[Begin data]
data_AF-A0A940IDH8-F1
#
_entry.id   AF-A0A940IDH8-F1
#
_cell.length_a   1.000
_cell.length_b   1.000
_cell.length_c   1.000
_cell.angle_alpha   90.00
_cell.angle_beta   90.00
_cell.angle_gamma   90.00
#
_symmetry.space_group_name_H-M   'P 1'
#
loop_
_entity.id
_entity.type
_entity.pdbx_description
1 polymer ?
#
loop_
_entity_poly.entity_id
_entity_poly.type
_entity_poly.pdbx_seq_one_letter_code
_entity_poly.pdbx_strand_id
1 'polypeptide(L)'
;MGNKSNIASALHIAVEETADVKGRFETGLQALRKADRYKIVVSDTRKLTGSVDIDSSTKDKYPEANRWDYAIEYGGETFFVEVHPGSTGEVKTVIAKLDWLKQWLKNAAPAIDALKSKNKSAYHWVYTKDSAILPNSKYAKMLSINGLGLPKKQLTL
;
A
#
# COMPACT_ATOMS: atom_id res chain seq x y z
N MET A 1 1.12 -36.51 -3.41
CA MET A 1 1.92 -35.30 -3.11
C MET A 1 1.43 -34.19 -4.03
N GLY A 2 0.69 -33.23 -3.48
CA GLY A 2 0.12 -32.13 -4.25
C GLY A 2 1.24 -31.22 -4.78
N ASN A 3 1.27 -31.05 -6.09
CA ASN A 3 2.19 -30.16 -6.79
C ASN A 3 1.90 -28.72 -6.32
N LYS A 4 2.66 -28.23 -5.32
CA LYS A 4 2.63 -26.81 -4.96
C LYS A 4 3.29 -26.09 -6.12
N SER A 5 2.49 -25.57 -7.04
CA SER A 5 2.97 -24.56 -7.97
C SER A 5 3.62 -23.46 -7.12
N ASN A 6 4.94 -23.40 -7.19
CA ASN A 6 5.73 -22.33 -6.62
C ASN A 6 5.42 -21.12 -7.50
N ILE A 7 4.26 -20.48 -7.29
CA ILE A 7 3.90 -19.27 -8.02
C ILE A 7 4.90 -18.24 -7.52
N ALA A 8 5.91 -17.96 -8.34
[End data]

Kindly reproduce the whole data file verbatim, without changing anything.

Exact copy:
data_AF-A0A940IDH8-F1
#
_entry.id   AF-A0A940IDH8-F1
#
_cell.length_a   1.000
_cell.length_b   1.000
_cell.length_c   1.000
_cell.angle_alpha   90.00
_cell.angle_beta   90.00
_cell.angle_gamma   90.00
#
_symmetry.space_group_name_H-M   'P 1'
#
loop_
_entity.id
_entity.type
_entity.pdbx_description
1 polymer ?
#
loop_
_entity_poly.entity_id
_entity_poly.type
_entity_poly.pdbx_seq_one_letter_code
_entity_poly.pdbx_strand_id
1 'polypeptide(L)'
;MGNKSNIASALHIAVEETADVKGRFETGLQALRKADRYKIVVSDTRKLTGSVDIDSSTKDKYPEANRWDYAIEYGGETFFVEVHPGSTGEVKTVIAKLDWLKQWLKNAAPAIDALKSKNKSAYHWVYTKDSAILPNSKYAKMLSINGLGLPKKQLTL
;
A
#
# COMPACT_ATOMS: atom_id res chain seq x y z
N MET A 1 1.12 -36.51 -3.41
CA MET A 1 1.92 -35.30 -3.11
C MET A 1 1.43 -34.19 -4.03
N GLY A 2 0.69 -33.23 -3.48
CA GLY A 2 0.12 -32.13 -4.25
C GLY A 2 1.24 -31.22 -4.78
N ASN A 3 1.27 -31.05 -6.09
CA ASN A 3 2.19 -30.16 -6.79
C ASN A 3 1.90 -28.72 -6.32
N LYS A 4 2.66 -28.23 -5.32
CA LYS A 4 2.63 -26.81 -4.96
C LYS A 4 3.29 -26.09 -6.12
N SER A 5 2.49 -25.57 -7.04
CA SER A 5 2.97 -24.56 -7.97
C SER A 5 3.62 -23.46 -7.12
N ASN A 6 4.94 -23.40 -7.19
CA ASN A 6 5.73 -22.33 -6.62
C ASN A 6 5.42 -21.12 -7.50
N ILE A 7 4.26 -20.48 -7.29
CA ILE A 7 3.90 -19.27 -8.02
C ILE A 7 4.90 -18.24 -7.52
N ALA A 8 5.91 -17.96 -8.34